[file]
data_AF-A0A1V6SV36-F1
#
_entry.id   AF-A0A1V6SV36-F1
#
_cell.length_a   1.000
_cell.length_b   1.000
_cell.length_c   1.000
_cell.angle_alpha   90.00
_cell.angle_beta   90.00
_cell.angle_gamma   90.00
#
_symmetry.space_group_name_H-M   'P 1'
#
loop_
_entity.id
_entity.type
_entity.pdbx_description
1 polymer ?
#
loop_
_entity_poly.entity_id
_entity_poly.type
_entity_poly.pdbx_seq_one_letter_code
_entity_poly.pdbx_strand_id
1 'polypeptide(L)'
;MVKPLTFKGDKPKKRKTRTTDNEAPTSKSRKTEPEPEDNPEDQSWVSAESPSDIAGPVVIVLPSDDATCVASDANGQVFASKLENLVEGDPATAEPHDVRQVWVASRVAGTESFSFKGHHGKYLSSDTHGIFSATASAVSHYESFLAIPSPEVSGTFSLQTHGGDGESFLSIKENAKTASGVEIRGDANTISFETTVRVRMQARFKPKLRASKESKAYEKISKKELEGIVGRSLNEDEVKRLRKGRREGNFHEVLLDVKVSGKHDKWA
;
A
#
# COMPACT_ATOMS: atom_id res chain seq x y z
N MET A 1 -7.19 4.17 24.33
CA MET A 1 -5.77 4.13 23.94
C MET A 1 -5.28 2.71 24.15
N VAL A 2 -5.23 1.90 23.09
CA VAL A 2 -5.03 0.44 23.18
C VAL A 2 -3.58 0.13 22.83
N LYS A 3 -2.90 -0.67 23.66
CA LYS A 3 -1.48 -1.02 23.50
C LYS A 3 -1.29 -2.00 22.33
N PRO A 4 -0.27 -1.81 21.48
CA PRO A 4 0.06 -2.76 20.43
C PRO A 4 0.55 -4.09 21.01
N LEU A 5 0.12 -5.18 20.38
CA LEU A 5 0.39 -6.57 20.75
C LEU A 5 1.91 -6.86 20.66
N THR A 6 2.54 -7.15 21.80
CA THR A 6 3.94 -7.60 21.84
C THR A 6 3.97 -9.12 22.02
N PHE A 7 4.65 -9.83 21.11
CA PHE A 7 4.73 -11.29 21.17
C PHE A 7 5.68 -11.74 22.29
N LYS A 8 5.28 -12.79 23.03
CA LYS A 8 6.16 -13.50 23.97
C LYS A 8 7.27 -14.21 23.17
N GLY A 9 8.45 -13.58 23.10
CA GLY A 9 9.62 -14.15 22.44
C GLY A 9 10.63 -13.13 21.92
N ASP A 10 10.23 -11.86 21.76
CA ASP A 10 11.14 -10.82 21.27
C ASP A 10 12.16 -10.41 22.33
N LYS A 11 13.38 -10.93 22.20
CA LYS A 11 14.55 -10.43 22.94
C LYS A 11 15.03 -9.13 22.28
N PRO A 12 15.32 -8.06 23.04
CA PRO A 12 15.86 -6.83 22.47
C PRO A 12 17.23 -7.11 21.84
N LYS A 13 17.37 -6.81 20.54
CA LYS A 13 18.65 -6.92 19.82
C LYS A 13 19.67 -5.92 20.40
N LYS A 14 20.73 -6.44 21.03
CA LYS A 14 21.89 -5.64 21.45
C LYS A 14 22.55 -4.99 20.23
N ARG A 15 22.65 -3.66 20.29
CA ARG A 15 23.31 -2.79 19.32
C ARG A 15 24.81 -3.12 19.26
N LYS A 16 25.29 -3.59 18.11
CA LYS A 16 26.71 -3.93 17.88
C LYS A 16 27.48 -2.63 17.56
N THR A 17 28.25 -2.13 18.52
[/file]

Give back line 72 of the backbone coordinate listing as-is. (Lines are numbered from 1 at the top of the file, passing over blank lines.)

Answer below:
C LYS A 14 22.55 -4.99 20.23